Mar152015

How to eliminate expensive FHA insurance fees

FHA mortgage insurance is expensive, and it’s difficult to get rid of.

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We are at record low interest rates, so in all likelihood, mortgage rates will go higher from here. Although it may be possible to refinance later to eliminate the insurance premium, it may not be advantageous if refinancing carries a much higher interest rate. It’s very possible some of these borrowers may be paying that onerous FHA insurance premium for a very long time.

Ditching FHA mortgage insurance no easy task

By JEFF LAZERSON, March 12, 2015

If you have a Federal Housing Administration loan and are itching to extricate yourself from the FHA mortgage insurance, there are many forks in the road you can take. You just have to understand the available options, do some simple math and make a decision.

First of all, the Orange County median property value has increased more than 35 percent from January 2011 through January 2015, according to CoreLogic DataQuick.

If you have a fantastically low interest rate, have 22 percent equity and you’ve been paying on-time for two years, you might think you can simply call your servicing lender, right? Get an appraisal to prove the equity. Ditch the mortgage insurance. Game over!

Forget it. That’s not how it works when it comes to FHA.

If your loan case number predates June 3, 2013, you not only need to have 22 percent equity in your home (a loan-to-value of 78 percent), you also need to have lived there for five years, said U.S. Department of Housing and Urban Development spokesman Brian Sullivan.

According to Sullivan, the 78 percent loan-to-value is based upon the original loan amount, not the original sales price or the original appraisal (in the case of a conventional loan refinanced into FHA). And, if you did any streamlined refinance loan or any subsequent FHA loan, that 78 percent loan-to-value and five-year clock starts again based upon the new loan amount and the fact that you were issued a new FHA case number.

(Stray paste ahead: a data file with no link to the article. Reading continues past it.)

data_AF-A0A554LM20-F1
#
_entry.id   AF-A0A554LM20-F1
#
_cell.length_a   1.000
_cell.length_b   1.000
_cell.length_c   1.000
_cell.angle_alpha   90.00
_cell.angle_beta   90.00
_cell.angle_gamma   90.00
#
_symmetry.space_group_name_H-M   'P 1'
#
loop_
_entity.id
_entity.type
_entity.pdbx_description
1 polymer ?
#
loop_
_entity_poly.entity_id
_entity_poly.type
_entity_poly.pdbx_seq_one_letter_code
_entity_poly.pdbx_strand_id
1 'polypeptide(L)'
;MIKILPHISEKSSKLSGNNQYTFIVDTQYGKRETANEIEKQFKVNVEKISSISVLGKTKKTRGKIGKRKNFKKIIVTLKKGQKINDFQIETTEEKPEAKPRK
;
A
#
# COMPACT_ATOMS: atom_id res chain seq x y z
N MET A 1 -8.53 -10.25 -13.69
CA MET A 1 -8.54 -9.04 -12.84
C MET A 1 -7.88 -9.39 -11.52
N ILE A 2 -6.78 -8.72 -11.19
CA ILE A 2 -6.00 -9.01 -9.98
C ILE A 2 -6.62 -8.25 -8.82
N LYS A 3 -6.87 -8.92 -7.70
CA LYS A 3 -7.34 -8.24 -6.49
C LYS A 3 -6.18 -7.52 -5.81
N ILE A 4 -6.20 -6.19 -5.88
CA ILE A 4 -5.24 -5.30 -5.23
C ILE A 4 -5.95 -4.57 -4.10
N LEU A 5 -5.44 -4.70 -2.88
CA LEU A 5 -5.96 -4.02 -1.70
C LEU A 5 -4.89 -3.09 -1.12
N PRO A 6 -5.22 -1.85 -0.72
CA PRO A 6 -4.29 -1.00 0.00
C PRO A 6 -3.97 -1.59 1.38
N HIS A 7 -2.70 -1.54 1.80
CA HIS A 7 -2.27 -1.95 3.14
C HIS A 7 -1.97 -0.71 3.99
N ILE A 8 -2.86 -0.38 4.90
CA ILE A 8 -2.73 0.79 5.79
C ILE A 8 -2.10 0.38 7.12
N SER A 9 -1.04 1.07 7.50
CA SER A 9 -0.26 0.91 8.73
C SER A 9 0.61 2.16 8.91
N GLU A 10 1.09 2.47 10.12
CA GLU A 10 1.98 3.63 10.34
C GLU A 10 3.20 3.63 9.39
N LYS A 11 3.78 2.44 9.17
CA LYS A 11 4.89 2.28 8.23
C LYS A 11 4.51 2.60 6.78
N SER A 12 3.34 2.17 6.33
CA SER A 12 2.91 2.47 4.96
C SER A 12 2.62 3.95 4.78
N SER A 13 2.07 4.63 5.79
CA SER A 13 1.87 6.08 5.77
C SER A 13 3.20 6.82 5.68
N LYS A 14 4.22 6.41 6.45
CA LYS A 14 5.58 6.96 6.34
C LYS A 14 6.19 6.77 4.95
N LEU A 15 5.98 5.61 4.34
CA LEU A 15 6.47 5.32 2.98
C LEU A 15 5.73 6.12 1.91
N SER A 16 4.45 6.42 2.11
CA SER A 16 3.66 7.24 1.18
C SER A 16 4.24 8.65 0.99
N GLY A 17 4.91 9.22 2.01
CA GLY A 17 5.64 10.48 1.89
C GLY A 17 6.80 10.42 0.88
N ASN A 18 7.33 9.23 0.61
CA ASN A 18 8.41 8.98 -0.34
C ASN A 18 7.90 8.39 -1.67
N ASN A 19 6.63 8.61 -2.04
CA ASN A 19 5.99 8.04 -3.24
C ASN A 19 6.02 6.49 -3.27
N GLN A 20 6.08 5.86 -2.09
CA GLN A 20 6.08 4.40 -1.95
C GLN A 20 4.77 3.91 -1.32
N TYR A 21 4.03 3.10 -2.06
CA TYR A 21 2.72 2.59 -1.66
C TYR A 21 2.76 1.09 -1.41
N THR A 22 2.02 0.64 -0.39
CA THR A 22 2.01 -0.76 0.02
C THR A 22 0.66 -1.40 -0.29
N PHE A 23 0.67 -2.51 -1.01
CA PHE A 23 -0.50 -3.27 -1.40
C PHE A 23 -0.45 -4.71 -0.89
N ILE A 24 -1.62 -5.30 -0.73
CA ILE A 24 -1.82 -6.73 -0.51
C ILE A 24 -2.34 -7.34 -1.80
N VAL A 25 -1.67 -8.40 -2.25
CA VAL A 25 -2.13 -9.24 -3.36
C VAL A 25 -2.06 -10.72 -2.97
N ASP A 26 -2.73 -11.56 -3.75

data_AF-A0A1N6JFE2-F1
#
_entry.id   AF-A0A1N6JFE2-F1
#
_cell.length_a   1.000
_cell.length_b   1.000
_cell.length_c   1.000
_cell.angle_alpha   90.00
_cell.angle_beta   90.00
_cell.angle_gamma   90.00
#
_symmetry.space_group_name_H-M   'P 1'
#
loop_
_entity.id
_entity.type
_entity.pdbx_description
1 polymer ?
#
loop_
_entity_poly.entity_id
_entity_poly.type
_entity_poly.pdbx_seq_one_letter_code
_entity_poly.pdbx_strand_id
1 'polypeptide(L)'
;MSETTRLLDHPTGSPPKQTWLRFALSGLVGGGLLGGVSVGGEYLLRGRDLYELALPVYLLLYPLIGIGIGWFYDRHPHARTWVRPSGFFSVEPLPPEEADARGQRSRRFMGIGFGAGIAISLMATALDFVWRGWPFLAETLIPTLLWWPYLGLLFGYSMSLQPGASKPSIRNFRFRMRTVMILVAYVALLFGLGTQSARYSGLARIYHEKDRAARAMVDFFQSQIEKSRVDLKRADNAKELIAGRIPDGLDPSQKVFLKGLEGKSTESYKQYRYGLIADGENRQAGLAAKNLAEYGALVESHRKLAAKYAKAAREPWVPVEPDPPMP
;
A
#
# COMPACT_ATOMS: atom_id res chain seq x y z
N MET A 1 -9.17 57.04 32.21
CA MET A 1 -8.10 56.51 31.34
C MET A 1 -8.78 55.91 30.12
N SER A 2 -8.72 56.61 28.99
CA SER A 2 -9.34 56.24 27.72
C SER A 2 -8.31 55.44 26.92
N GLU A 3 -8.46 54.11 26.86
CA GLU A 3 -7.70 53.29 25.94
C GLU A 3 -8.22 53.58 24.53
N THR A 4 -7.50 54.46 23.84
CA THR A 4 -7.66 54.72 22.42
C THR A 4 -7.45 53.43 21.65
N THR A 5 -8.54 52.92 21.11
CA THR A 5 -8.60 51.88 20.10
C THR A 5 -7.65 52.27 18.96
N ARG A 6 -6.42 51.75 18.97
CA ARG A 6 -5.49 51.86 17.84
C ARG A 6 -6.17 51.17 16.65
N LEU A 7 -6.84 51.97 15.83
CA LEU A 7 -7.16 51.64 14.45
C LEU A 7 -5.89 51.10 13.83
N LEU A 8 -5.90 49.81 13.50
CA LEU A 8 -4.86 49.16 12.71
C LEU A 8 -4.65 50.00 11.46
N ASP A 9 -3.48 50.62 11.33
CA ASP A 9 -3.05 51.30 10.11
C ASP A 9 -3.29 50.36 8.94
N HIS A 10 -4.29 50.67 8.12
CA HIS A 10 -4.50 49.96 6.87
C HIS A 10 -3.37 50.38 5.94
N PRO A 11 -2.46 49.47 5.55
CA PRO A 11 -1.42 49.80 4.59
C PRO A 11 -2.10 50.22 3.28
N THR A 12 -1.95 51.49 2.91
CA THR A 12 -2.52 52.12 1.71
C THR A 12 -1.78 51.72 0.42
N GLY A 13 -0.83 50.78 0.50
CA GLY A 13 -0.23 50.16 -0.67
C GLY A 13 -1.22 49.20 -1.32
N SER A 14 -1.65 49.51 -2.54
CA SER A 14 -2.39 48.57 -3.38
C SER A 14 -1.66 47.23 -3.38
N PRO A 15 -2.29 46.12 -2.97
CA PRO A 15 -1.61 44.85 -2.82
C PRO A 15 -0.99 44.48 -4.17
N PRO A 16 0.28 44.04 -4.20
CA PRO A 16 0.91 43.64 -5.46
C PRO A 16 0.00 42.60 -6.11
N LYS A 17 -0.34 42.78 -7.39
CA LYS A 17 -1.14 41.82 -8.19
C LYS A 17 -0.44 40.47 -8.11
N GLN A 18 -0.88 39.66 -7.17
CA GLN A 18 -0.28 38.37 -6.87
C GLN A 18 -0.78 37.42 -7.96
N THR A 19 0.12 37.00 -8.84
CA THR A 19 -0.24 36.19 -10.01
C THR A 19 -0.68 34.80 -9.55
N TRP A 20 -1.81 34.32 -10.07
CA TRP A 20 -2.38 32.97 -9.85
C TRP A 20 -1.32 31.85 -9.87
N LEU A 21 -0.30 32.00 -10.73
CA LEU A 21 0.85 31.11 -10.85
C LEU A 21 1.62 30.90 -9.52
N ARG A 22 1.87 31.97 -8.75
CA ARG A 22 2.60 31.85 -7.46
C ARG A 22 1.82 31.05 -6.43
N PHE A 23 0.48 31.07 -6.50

For any FHA case number issued on June 3, 2013, or thereafter, and you’ve put less than 10 percent down, you are in FHA purgatory. The mortgage insurance stays on for the life of the loan.

In that case, think hard about refinancing out of FHA when current rates and timing are right.

If you have at least 10.1 percent equity, you can shed the mortgage insurance using a financial instrument called a piggy-back loan. Your first trust deed is 80 percent loan-to-value or less and the remainder is put on a small second (hence, the name piggy-back).

If your household income is $110,000 or more per year, mortgage insurance is not tax deductible. Certainly, here is another reason to get rid of mortgage insurance.

You can refinance into a conventional loan if you have at least 20 percent equity.

The critical question is what your current rate and payment is compared to what you can get by waiting for the five-year, 78 percent window to open. Or, alternatively, what the numbers look like for a new loan.

FHA recently began offering a streamlined refinance process with reduced annual mortgage insurance premiums for new loans. These loans require virtually no qualifying or an appraisal, so long as you are paying timely and you are reducing your payment by at least 5 percent.

Jeff Lazerson can be reached at [email protected]

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